Listening as work

by Terence MacNamee

The young Rimbaud said in a famous letter: “Je est un autre”, that is, “I am (or is) somebody else”. He was referring to the realms of the unconscious which are still part of the self, even though we may not be aware of them.  In the same letter, he went on to say: “J’assiste à l’éclosion de ma pensée : je la regarde, je l’écoute…” that is, “I watch the opening up of my thought – I look at it, I listen to it.”

Rimbaud thus affirms the plurality of the self and consciousness, but this opens up the possibility of “s’écouter” – a reflexive verb, here meaning to listen to that Other which is oneself. It sounds like work. And it is. In Rimbaud’s case, it is the work of the visonary poet.

Listening to the Other is a term that can also be used for listening to other cultures. This too means “work”. Especially if the culture in question is profoundly different from your own, you will have to listen very hard in order to understand what is being said. Now, you will only do this if you think that the speaker from the other culture is an individual identity like yourself who is worth listening to, worth taking trouble over. You have to recognize this Other as an “I”.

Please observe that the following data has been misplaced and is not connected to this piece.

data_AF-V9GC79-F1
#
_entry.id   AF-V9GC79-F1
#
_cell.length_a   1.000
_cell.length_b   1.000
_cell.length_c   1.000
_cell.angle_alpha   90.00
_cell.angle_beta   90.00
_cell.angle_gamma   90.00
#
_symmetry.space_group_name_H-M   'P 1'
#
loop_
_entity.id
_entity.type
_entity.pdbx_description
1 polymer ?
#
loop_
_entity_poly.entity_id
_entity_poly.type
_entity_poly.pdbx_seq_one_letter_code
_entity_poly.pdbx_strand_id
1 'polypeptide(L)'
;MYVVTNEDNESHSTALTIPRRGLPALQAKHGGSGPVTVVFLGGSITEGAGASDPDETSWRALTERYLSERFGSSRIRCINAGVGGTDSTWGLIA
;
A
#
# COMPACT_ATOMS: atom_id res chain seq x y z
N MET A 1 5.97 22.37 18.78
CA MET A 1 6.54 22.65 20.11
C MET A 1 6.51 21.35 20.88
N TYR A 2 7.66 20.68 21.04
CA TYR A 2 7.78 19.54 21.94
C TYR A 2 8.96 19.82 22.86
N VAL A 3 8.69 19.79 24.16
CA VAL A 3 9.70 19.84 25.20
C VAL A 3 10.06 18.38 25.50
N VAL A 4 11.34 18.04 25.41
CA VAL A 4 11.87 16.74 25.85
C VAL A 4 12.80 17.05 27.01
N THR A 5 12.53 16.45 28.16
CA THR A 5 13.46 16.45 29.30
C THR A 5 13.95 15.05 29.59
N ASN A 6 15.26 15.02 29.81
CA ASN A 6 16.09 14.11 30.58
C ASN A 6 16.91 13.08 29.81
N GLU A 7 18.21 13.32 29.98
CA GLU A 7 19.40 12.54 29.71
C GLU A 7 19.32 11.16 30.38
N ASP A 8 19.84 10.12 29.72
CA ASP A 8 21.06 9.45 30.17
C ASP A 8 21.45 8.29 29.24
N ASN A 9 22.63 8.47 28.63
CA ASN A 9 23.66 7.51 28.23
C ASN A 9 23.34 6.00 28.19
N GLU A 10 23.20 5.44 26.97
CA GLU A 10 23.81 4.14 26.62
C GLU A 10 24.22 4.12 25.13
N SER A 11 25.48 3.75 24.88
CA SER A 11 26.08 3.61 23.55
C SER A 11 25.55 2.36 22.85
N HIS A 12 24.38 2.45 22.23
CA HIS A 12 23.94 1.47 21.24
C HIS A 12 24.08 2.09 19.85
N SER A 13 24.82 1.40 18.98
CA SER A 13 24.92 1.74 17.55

So whereas Rimbaud broke new ground by saying “Je est un Autre”, we need to break further new ground by affirming that “l’Autre est un Je”.